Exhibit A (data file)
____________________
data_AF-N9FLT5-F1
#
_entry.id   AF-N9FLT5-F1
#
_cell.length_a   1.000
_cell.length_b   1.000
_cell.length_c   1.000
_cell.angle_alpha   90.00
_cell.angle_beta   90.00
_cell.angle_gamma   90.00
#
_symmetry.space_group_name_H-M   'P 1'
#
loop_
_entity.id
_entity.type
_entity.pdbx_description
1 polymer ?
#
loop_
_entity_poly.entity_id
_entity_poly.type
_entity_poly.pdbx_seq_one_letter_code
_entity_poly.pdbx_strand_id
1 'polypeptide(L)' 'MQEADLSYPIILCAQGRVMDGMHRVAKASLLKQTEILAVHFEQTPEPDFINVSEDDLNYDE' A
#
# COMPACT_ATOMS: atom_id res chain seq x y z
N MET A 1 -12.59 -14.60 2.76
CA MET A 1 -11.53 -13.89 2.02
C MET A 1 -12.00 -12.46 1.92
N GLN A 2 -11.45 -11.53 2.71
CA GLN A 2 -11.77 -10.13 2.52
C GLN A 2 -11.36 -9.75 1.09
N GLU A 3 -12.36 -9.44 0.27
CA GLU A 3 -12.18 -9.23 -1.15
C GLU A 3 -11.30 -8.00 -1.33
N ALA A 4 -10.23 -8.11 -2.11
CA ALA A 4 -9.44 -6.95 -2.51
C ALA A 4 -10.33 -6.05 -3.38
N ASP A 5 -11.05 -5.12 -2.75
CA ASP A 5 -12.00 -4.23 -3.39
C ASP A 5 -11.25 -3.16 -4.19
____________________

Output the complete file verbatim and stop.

data_AF-N9FLT5-F1
#
_entry.id   AF-N9FLT5-F1
#
_cell.length_a   1.000
_cell.length_b   1.000
_cell.length_c   1.000
_cell.angle_alpha   90.00
_cell.angle_beta   90.00
_cell.angle_gamma   90.00
#
_symmetry.space_group_name_H-M   'P 1'
#
loop_
_entity.id
_entity.type
_entity.pdbx_description
1 polymer ?
#
loop_
_entity_poly.entity_id
_entity_poly.type
_entity_poly.pdbx_seq_one_letter_code
_entity_poly.pdbx_strand_id
1 'polypeptide(L)' 'MQEADLSYPIILCAQGRVMDGMHRVAKASLLKQTEILAVHFEQTPEPDFINVSEDDLNYDE' A
#
# COMPACT_ATOMS: atom_id res chain seq x y z
N MET A 1 -12.59 -14.60 2.76
CA MET A 1 -11.53 -13.89 2.02
C MET A 1 -12.00 -12.46 1.92
N GLN A 2 -11.45 -11.53 2.71
CA GLN A 2 -11.77 -10.13 2.52
C GLN A 2 -11.36 -9.75 1.09
N GLU A 3 -12.36 -9.44 0.27
CA GLU A 3 -12.18 -9.23 -1.15
C GLU A 3 -11.30 -8.00 -1.33
N ALA A 4 -10.23 -8.11 -2.11
CA ALA A 4 -9.44 -6.95 -2.51
C ALA A 4 -10.33 -6.05 -3.38
N ASP A 5 -11.05 -5.12 -2.75
CA ASP A 5 -12.00 -4.23 -3.39
C ASP A 5 -11.25 -3.16 -4.19